The major limitations of our study are the small sample size, the recall bias in the pre-consultation delays and the exclusion rate. A significant amount of patients were excluded because of recurring tumors. This was due to the patient’s inability to recall pre-consultation delays before the initial cystoscopy leading to primary diagnosis. However, the recall bias was taken into account early in the study, since participants were asked to complete the questionnaire about the delays just after the initial cystoscopy making the recall bias as minimal as possible. Moreover and most importantly, those excluded patients did not differ significantly from those included. Although the study can be considered as descriptive, the cohort studied can be considered as representative of general bladder cancer patients. The design of the study is a strength. The current trial is a part of a larger, prospective trial. In addition, no other study has evaluated delays in such a manner, especially the patient delay.

Conclusion

In our study, main delays in diagnosis of bladder cancer take place in specialized medical care. Never smokers and patients presenting with symptoms other than hematuria and patients referred from private outpatient clinics seem to have prolonged pre-consultation delays. However, we found no differences in delays considering age and gender.

Notes

Acknowledgements

Open access funding provided by University of Turku (UTU) including Turku University Central Hospital.

Author contributions

VS: manuscript writing/editing, data collection; OE: data analysis, manuscript wiring, data collection; IPM: data collection; RJ: data collection, manuscript writing; TP: data collection; MV: data collection; MS: data collection; TL: data collection, manuscript writing; TM: data collection, manuscript writing; SA: data collection; EK: data collection; PJB: protocol/development, data analysis, data collection, manuscript writing.

Compliance with ethical standards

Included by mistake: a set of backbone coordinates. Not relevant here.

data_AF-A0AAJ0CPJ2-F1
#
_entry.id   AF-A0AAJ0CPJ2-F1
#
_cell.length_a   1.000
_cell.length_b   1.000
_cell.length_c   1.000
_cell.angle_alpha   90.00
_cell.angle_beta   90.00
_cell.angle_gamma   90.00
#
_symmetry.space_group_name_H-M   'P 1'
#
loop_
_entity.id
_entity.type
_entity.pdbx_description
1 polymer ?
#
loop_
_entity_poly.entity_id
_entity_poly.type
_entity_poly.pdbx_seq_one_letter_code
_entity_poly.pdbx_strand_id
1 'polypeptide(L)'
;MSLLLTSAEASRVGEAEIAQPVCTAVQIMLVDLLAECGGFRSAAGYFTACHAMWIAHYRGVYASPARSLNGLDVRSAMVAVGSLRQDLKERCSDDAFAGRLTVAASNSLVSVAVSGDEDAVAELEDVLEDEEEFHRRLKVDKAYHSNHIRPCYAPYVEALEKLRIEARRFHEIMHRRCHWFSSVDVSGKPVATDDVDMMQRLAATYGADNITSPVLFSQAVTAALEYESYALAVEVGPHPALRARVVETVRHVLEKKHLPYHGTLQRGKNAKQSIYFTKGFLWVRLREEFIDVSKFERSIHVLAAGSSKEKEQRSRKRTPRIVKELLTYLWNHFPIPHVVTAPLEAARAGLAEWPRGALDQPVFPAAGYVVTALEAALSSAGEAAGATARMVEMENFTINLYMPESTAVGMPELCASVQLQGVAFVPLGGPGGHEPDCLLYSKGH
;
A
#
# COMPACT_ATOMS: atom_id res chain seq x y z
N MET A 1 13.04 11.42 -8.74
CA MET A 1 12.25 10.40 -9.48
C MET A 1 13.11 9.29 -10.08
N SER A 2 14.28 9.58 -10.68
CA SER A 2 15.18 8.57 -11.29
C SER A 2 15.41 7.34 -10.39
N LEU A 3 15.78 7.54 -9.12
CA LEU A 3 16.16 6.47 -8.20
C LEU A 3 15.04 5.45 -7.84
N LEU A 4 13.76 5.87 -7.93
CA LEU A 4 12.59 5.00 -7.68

Conflict of interest

The authors declare that they have no conflict of interest.

Ethical approval

All procedures performed in studies involving human participants were in accordance with the ethical standards of the institutional and/or national research committee (Operative ethic committee, Hospital District Helsinki and Uusimaa (HUS), reference number 92/13/03/02/2012) and with the 1964 Helsinki Declaration and its later amendments or comparable ethical standards. This article does not contain any studies with animals performed by any of the authors.

Informed consent

Informed consent was obtained from all individual participants included in the study.

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Copyright information

© The Author(s) 2019

Open AccessThis article is distributed under the terms of the Creative Commons Attribution 4.0 International License (http://creativecommons.org/licenses/by/4.0/), which permits unrestricted use, distribution, and reproduction in any medium, provided you give appropriate credit to the original author(s) and the source, provide a link to the Creative Commons license, and indicate if changes were made.

Authors and Affiliations

  • Ville Sell
    • 1
    Email author
  • Otto Ettala
    • 1
  • Ileana Montoya Perez
    • 2
  • Riikka Järvinen
    • 3
  • Tarmo Pekkarinen
    • 4
  • Markku Vaarala
    • 5
  • Marjo Seppänen
    • 6
  • Tapani Liukkonen
    • 7
  • Timo Marttila
    • 8
  • Sirpa Aaltomaa
    • 9
  • Eero Kaasinen
    • 10
  • Peter J. Boström
    • 1
  1. 1.Department of UrologyTurku University HospitalTurkuFinland
  2. 2.Department of Future TechnologyUniversity of TurkuTurkuFinland
  3. 3.Department of UrologyHelsinki University HospitalHelsinkiFinland
  4. 4.Department of UrologyTampere University HospitalTampereFinland
  5. 5.Department of UrologyOulu University HospitalOuluFinland
  6. 6.Department of SurgerySatakunta Central HospitalPoriFinland
  7. 7.Department of SurgeryMikkeli Central HospitalMikkeliFinland
  8. 8.Department of SurgerySeinäjoki Central HospitalSeinäjokiFinland
  9. 9.Department of UrologyKuopio University HospitalKuopioFinland
  10. 10.Department of SurgeryHospital of HyvinkääHyvinkääFinland